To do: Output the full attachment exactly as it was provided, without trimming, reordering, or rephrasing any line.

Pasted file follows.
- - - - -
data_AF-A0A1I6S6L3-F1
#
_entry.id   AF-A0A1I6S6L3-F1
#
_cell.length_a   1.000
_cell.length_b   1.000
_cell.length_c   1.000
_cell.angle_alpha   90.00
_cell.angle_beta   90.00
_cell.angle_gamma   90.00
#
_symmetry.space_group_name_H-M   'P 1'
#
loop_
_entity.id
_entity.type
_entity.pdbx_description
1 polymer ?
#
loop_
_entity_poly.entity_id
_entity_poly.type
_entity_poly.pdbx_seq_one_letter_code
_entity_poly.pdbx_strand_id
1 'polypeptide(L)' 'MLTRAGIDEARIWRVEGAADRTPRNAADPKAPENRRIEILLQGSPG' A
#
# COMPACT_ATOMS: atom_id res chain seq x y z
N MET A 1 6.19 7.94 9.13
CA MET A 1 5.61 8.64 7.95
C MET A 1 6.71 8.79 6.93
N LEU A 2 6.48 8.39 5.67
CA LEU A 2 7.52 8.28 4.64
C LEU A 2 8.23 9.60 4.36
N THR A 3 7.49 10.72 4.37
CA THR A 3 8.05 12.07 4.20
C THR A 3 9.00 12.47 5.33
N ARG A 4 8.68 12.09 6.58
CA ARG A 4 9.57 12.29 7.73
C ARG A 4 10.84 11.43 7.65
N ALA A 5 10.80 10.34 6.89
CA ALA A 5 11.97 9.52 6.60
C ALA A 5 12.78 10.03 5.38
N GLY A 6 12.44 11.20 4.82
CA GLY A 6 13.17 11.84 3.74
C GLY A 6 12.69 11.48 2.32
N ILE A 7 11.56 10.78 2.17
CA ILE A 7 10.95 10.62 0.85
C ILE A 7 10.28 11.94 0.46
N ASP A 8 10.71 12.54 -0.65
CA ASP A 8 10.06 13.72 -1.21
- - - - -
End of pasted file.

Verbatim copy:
data_AF-A0A1I6S6L3-F1
#
_entry.id   AF-A0A1I6S6L3-F1
#
_cell.length_a   1.000
_cell.length_b   1.000
_cell.length_c   1.000
_cell.angle_alpha   90.00
_cell.angle_beta   90.00
_cell.angle_gamma   90.00
#
_symmetry.space_group_name_H-M   'P 1'
#
loop_
_entity.id
_entity.type
_entity.pdbx_description
1 polymer ?
#
loop_
_entity_poly.entity_id
_entity_poly.type
_entity_poly.pdbx_seq_one_letter_code
_entity_poly.pdbx_strand_id
1 'polypeptide(L)' 'MLTRAGIDEARIWRVEGAADRTPRNAADPKAPENRRIEILLQGSPG' A
#
# COMPACT_ATOMS: atom_id res chain seq x y z
N MET A 1 6.19 7.94 9.13
CA MET A 1 5.61 8.64 7.95
C MET A 1 6.71 8.79 6.93
N LEU A 2 6.48 8.39 5.67
CA LEU A 2 7.52 8.28 4.64
C LEU A 2 8.23 9.60 4.36
N THR A 3 7.49 10.72 4.37
CA THR A 3 8.05 12.07 4.20
C THR A 3 9.00 12.47 5.33
N ARG A 4 8.68 12.09 6.58
CA ARG A 4 9.57 12.29 7.73
C ARG A 4 10.84 11.43 7.65
N ALA A 5 10.80 10.34 6.89
CA ALA A 5 11.97 9.52 6.60
C ALA A 5 12.78 10.03 5.38
N GLY A 6 12.44 11.20 4.82
CA GLY A 6 13.17 11.84 3.74
C GLY A 6 12.69 11.48 2.32
N ILE A 7 11.56 10.78 2.17
CA ILE A 7 10.95 10.62 0.85
C ILE A 7 10.28 11.94 0.46
N ASP A 8 10.71 12.54 -0.65
CA ASP A 8 10.06 13.72 -1.21